Highlights Reel – Left Coast Crime 2019

When my husband contemplated coming with me to Left Coast Crime in Vancouver, I said, “It’ll be rainy and cold. It won’t be much fun taking in the sights in March.” Wrong. So wrong. Vancouver was the first highlight of the conference–sunny, abloom and full of wonder.

Seaplanes in Coal Harbor, a few blocks from the conference hotel.
Burrard Station, about a block from the hotel
A steam-powered clock in the Gastown area–perfect detail for the steampunk crowd.


On Wednesday evening, I participated in Hijinx and Hot Chocolate, pitched by Becky Clark and  Libby Klein as a way to start the convention with 10 new friends. Becky and Libby guided participants to a nearby chocolate shop and treated us to hot chocolate before we settled back at the hotel for word games. Chocolate and word games–my idea of heaven.

A generous and clever ice-breaker.


I enjoy contributing to LCC by volunteering at the registration desk. That’s where I spent Thursday morning, meeting even more new people. Because, hey, this convention is all about networking.

Thursday evening I could have been drunk as a skunk! The NorCal Chapter of Sisters in Crime launched its new anthology with a party–a free drink for authors and participants. Then Mystery Writers of America had a gathering, also offering a free drink to members, and finally, I wanted to check out Noir at the Bar (to see how it was organized, mind you).

This gorgeous new anthology contains my story “The Last Word.”


The Lefty Best Novel Nominees panel. I’d read, and loved, all the authors on the panel except Matt Coyle. As it turned out, I was seated at his table for the Saturday banquet. Now I’m reading and enjoying his book Night Tremors.

The other nominees included Terry Shames, Lori Rader-Day, James W. Ziskin, and my absolute favorite, Lou Berney (who went on to win the award).

The Sex Panel. This is always a favorite, featuring some truly horrendous and hilarious sex scenes (not for the modest).

Holly West and Rhys Bowen watch Lou Berney squirm and blush as he reads aloud an R-rated sex scene.


While the Liars Panel was fun, the tribute to Sue Grafton was more meaningful and moving. Sue Grafton had been asked a couple of years ago to receive her Lifetime Achievement Award at this conference. As we all know, she sadly didn’t make it. Her daughter was in attendance to accept the award.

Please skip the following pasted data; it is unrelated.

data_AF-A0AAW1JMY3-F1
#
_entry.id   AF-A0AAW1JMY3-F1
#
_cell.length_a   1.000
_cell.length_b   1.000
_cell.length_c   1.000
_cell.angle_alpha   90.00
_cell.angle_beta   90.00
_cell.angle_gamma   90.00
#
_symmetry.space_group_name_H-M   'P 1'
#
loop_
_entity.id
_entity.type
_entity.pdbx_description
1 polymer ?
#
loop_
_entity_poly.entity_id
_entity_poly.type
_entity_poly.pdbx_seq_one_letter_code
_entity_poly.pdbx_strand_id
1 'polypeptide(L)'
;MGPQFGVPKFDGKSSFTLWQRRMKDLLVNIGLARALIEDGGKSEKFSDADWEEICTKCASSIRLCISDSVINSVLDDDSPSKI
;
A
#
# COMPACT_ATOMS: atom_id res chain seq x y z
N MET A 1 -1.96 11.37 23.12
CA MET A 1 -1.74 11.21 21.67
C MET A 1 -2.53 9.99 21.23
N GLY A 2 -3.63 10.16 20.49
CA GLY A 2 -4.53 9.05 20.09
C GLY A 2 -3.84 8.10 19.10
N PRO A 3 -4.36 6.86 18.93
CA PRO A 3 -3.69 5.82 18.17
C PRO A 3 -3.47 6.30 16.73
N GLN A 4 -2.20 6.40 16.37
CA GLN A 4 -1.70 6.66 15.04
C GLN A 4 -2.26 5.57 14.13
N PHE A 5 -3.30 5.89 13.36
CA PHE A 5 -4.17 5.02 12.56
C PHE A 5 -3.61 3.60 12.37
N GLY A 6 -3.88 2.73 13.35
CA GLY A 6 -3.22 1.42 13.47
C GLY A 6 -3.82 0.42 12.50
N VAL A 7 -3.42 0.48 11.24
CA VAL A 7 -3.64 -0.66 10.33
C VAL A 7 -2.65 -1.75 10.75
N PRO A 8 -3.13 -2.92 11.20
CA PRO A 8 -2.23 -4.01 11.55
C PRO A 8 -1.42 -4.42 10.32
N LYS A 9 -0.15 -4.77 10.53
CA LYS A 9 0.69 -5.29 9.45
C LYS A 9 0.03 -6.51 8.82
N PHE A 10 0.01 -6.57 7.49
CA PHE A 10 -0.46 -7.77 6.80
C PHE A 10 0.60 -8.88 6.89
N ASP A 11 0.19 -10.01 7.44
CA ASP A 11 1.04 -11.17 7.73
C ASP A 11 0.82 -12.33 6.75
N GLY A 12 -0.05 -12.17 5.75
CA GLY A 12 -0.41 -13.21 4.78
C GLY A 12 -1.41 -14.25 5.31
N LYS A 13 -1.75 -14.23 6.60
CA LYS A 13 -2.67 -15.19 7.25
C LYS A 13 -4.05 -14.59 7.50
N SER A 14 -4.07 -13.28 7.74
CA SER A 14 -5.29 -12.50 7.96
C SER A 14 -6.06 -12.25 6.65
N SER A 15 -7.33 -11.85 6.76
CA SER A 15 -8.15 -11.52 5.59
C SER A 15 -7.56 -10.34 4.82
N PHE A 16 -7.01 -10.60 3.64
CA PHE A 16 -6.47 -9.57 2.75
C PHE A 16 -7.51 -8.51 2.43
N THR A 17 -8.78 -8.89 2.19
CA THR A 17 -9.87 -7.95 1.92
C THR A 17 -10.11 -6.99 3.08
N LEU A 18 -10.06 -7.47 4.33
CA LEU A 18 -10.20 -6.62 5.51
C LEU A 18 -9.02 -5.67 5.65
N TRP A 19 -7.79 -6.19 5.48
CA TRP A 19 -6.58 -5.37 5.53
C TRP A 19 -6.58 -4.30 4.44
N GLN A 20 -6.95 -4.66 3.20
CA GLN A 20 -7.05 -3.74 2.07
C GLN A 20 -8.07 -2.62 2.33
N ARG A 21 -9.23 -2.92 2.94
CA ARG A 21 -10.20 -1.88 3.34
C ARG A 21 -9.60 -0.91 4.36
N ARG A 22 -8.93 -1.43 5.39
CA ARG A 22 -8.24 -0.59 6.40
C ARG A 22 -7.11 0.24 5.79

Sue Grafton was my role model as I embarked upon writing mysteries. I’d been reading in the genre from a young age, but when, as an adult, I came across an American female writer writing about a tough (and tender) female P.I., I thought I’d stumbled upon nirvana.

I particularly loved this frame from the slide show. It reminds us all to persevere and not to place too much stock in reviews.


I’d be remiss not to mention the banquet in my Saturday highlights. The food was good and my table hosts, authors Matt Coyle and Baron R. Birtcher, couldn’t have been more gracious! Matt Coyle will be the Toastmaster for LCC in San Diego, 2020.


That would be my own panel, of course, Setting as Character. As a stream of people roll their luggage toward the exit, it’s always a little worrying who is going to show up for a nine a.m. panel on a Sunday morning. To top off the anxiety, at the last minute, one of our panelists could not make it to the conference because the Russian consulate lost her passport!

But Elena Hartwell, John Billheimer, and I had a full room of friendly faces and a lively discussion led by moderator Bryan Robinson.

At the end of LCC 2019, I was completely drained. I had not been planning to attend LCC 2020 in San Diego, but now–knowing that Matt Coyle will be toastmaster and wanting to see all these great people again . . . . Plus, five cohorts from Santa Cruz Women of Mystery attended this year and last, definitely adding to the fun.

Santa Cruz Women of Mystery (left to right): Leslie Karst (nominated for Best Humorous Mystery), Mary Feliz, Katherine Bolger Hyde, Peggy Townsend, and Vinnie Hansen.



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